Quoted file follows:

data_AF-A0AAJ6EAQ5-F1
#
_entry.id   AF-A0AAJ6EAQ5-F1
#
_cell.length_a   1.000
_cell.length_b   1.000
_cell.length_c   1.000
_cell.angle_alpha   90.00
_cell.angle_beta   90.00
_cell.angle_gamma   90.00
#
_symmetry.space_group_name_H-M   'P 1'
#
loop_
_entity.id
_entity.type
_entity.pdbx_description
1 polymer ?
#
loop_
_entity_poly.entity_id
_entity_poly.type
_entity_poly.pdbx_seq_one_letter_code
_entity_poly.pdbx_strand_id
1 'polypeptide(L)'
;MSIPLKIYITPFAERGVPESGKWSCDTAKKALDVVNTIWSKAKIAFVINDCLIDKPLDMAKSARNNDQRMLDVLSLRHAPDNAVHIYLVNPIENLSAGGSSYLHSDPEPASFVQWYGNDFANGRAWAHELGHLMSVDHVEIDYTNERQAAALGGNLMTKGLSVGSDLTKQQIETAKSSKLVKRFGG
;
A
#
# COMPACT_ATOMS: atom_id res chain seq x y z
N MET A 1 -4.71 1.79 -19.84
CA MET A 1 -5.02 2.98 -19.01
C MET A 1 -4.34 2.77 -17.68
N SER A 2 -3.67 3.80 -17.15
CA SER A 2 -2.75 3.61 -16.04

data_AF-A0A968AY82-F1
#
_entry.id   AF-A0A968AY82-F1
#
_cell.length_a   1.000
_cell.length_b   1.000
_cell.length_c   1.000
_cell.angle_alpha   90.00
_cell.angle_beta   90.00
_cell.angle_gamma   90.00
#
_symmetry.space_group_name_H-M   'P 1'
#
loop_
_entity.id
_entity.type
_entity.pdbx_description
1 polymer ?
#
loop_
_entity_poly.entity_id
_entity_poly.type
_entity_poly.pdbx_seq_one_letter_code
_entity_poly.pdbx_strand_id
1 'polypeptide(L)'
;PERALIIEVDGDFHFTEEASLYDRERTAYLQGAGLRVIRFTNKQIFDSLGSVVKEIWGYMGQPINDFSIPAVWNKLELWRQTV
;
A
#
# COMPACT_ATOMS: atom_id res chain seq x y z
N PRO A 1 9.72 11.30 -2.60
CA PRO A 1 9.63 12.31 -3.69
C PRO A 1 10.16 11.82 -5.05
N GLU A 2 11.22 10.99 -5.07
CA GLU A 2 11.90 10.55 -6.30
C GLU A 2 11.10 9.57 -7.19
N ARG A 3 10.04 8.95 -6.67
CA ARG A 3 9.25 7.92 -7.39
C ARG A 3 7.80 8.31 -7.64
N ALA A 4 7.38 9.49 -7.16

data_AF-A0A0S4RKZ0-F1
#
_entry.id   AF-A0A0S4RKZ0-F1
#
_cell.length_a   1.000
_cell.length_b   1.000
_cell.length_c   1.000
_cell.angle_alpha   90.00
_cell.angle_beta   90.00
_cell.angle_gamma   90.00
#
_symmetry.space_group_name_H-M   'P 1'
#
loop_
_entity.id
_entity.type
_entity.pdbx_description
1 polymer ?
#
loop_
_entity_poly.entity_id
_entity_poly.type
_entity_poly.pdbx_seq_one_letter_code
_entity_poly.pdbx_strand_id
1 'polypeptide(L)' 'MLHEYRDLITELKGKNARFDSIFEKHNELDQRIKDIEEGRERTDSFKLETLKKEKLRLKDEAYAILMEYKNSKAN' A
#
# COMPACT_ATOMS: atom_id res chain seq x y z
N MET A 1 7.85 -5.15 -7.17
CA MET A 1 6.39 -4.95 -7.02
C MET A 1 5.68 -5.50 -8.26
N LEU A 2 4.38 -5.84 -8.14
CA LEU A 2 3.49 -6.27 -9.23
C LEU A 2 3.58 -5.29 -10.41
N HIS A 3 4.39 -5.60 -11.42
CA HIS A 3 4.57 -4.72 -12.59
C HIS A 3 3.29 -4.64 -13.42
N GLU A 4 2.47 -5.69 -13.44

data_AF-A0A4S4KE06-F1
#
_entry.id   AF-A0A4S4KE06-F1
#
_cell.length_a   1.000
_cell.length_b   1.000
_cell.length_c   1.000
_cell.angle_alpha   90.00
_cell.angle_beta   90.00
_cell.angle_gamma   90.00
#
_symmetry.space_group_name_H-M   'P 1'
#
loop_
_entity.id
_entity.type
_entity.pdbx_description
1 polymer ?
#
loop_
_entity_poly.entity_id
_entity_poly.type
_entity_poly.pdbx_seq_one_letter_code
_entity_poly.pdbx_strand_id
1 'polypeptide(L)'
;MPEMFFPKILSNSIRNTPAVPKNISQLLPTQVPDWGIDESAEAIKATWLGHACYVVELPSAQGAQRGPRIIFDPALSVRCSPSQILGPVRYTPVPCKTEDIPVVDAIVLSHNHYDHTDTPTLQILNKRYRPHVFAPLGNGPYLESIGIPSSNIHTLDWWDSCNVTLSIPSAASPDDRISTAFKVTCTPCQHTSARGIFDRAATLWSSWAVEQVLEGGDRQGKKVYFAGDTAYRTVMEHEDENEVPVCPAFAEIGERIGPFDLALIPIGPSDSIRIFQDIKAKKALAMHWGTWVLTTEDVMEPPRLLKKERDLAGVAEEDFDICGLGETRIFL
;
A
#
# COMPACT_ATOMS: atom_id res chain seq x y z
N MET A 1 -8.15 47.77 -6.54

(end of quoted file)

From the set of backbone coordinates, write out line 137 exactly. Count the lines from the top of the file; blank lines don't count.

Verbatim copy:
1 'polypeptide(L)'